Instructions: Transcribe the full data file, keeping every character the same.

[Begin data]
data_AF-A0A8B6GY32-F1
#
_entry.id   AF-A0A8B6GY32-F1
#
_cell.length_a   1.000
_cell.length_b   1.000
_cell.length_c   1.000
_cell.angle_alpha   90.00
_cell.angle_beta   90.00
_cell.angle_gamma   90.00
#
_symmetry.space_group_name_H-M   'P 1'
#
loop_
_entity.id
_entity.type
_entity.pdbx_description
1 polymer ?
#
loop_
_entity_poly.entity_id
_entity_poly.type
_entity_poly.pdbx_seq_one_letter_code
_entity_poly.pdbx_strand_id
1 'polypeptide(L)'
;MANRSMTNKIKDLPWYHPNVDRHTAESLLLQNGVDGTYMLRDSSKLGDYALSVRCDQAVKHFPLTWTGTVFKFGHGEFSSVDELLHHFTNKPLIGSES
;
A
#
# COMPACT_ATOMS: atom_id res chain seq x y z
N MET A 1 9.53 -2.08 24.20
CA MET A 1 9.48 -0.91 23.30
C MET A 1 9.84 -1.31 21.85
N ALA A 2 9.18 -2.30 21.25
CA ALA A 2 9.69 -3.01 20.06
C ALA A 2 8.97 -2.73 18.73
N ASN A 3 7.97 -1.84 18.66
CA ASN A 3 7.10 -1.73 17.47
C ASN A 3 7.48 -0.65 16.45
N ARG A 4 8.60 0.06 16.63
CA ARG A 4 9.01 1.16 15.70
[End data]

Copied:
data_AF-A0A8B6GY32-F1
#
_entry.id   AF-A0A8B6GY32-F1
#
_cell.length_a   1.000
_cell.length_b   1.000
_cell.length_c   1.000
_cell.angle_alpha   90.00
_cell.angle_beta   90.00
_cell.angle_gamma   90.00
#
_symmetry.space_group_name_H-M   'P 1'
#
loop_
_entity.id
_entity.type
_entity.pdbx_description
1 polymer ?
#
loop_
_entity_poly.entity_id
_entity_poly.type
_entity_poly.pdbx_seq_one_letter_code
_entity_poly.pdbx_strand_id
1 'polypeptide(L)'
;MANRSMTNKIKDLPWYHPNVDRHTAESLLLQNGVDGTYMLRDSSKLGDYALSVRCDQAVKHFPLTWTGTVFKFGHGEFSSVDELLHHFTNKPLIGSES
;
A
#
# COMPACT_ATOMS: atom_id res chain seq x y z
N MET A 1 9.53 -2.08 24.20
CA MET A 1 9.48 -0.91 23.30
C MET A 1 9.84 -1.31 21.85
N ALA A 2 9.18 -2.30 21.25
CA ALA A 2 9.69 -3.01 20.06
C ALA A 2 8.97 -2.73 18.73
N ASN A 3 7.97 -1.84 18.66
CA ASN A 3 7.10 -1.73 17.47
C ASN A 3 7.48 -0.65 16.45
N ARG A 4 8.60 0.06 16.63
CA ARG A 4 9.01 1.16 15.70